The major types of chemotherapy drugs include alkylating agent, antimetabolites, anti-tumor antibiotics, topoisomerase inhibitors and mitotic inhibitors, states the American Cancer Society. Chemotherapy drugs are classified according to their mechanism, chemical structure and association with another drug.
Alkylating agents inhibit cellular reproduction by destroying the cell's deoxyribonucleic acid, or DNA. This group is divided into sub-classes that include nitrogen mustards, nitrosoureas, triazines and ethylenimines. Antimetabolites disrupt the formation of DNA and ribonucleic acid, or RNA, through replacement of normal DNA and RNA monomers, notes the American Cancer Society. Some antimetabolites include fluxoridine and fludarabine.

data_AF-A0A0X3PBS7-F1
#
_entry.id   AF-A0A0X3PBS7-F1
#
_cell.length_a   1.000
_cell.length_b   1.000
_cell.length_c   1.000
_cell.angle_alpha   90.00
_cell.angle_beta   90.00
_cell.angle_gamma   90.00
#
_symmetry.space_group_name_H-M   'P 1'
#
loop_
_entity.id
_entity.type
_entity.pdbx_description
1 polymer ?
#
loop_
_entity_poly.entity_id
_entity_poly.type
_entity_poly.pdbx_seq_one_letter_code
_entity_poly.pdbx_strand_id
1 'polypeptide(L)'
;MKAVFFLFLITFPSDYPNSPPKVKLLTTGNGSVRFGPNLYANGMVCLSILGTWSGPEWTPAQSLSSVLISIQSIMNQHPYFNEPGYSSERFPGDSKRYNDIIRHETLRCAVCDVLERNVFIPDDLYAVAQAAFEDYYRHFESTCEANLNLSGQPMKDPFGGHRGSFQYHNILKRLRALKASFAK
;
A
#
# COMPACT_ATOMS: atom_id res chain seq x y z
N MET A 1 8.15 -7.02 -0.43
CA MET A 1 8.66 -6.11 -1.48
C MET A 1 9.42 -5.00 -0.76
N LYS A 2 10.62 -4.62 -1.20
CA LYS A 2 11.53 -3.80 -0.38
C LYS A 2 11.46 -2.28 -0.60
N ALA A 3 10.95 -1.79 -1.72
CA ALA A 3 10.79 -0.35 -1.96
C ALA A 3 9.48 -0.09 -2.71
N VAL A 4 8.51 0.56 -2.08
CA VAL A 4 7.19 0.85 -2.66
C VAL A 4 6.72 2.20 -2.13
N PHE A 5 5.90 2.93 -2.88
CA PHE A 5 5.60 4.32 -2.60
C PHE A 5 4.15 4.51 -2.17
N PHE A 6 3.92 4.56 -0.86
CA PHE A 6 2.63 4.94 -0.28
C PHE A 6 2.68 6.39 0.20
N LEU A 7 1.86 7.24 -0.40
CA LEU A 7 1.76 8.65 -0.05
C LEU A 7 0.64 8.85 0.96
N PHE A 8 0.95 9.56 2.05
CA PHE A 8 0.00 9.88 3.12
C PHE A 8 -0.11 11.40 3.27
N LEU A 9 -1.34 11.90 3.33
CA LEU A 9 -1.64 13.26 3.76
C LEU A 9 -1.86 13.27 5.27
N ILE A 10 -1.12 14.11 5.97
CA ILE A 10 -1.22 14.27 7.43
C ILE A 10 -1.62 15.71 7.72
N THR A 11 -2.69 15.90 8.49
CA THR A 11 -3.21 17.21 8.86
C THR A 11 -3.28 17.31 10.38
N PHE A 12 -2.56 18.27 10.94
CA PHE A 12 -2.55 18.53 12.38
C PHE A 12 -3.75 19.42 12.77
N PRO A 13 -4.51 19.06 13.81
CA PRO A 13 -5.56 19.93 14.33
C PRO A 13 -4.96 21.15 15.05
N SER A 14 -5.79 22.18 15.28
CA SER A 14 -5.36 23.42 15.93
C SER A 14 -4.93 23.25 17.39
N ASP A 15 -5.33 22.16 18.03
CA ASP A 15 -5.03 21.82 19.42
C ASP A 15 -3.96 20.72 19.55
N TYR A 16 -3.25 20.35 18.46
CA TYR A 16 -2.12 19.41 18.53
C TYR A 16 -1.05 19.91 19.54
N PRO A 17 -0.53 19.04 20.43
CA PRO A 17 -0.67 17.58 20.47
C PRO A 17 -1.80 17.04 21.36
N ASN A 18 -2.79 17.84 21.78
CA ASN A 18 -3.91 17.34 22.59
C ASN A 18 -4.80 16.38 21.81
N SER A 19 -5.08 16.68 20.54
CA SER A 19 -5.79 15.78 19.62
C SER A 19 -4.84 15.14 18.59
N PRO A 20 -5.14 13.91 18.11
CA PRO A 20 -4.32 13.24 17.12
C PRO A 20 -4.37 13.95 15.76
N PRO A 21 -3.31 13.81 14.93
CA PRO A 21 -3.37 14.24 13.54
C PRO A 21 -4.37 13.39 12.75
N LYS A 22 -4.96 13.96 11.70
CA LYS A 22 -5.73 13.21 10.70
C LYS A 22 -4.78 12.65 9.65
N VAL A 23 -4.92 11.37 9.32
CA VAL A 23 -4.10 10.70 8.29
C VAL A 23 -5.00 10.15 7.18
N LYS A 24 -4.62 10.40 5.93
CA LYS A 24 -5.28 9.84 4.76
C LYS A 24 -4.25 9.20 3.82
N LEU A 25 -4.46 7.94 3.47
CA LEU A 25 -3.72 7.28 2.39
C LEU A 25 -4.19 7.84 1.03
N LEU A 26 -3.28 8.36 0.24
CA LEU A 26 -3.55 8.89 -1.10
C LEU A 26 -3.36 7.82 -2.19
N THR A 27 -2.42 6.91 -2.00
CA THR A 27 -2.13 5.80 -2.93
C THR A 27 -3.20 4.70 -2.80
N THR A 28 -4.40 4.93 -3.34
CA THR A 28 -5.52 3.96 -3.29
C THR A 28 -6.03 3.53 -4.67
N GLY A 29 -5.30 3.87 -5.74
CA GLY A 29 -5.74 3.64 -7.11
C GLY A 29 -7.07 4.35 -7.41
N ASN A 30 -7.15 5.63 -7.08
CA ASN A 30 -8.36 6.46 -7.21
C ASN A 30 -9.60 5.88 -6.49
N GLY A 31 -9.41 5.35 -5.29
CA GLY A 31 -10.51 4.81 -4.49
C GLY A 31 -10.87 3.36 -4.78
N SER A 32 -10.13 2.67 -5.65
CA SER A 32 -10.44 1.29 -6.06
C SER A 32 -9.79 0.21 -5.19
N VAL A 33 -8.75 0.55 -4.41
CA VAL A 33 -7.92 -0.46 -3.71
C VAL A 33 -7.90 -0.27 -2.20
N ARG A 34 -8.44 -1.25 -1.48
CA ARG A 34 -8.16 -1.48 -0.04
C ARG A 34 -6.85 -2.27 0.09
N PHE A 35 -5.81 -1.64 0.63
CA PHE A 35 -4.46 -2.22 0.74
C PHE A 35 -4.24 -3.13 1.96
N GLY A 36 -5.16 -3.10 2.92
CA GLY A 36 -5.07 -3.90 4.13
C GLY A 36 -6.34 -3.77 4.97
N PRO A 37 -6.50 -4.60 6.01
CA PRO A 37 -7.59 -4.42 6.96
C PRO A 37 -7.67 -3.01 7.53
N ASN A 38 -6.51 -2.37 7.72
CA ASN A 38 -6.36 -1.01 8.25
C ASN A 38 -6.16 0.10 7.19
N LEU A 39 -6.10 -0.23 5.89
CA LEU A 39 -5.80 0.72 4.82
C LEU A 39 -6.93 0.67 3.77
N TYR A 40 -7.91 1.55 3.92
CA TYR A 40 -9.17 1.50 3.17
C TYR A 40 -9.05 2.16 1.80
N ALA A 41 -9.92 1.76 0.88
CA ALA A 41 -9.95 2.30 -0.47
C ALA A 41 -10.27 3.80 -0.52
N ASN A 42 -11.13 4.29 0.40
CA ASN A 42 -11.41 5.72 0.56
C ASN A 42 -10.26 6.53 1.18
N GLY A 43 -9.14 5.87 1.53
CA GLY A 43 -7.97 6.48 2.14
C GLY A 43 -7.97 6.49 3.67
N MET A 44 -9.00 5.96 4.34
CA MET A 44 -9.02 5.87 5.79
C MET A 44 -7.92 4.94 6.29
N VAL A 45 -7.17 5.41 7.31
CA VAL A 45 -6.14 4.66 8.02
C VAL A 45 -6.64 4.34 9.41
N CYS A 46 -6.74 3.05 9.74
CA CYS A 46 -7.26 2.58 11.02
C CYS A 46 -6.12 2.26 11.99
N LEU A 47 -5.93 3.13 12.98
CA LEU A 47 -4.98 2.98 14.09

Anti-tumor antibiotics function by changing the DNA of malignant cells to prevent growth and proliferation. These drugs include anthracyclines, such as epirubicin and idarubicin. Topoisomerase inhibitors work by interrupting enzymatic activity in the DNA. Topotecan and teniposide are examples of these inhibitors. Mitotic inhibitors are generally plant alkaloids that interfere with the cell cycle.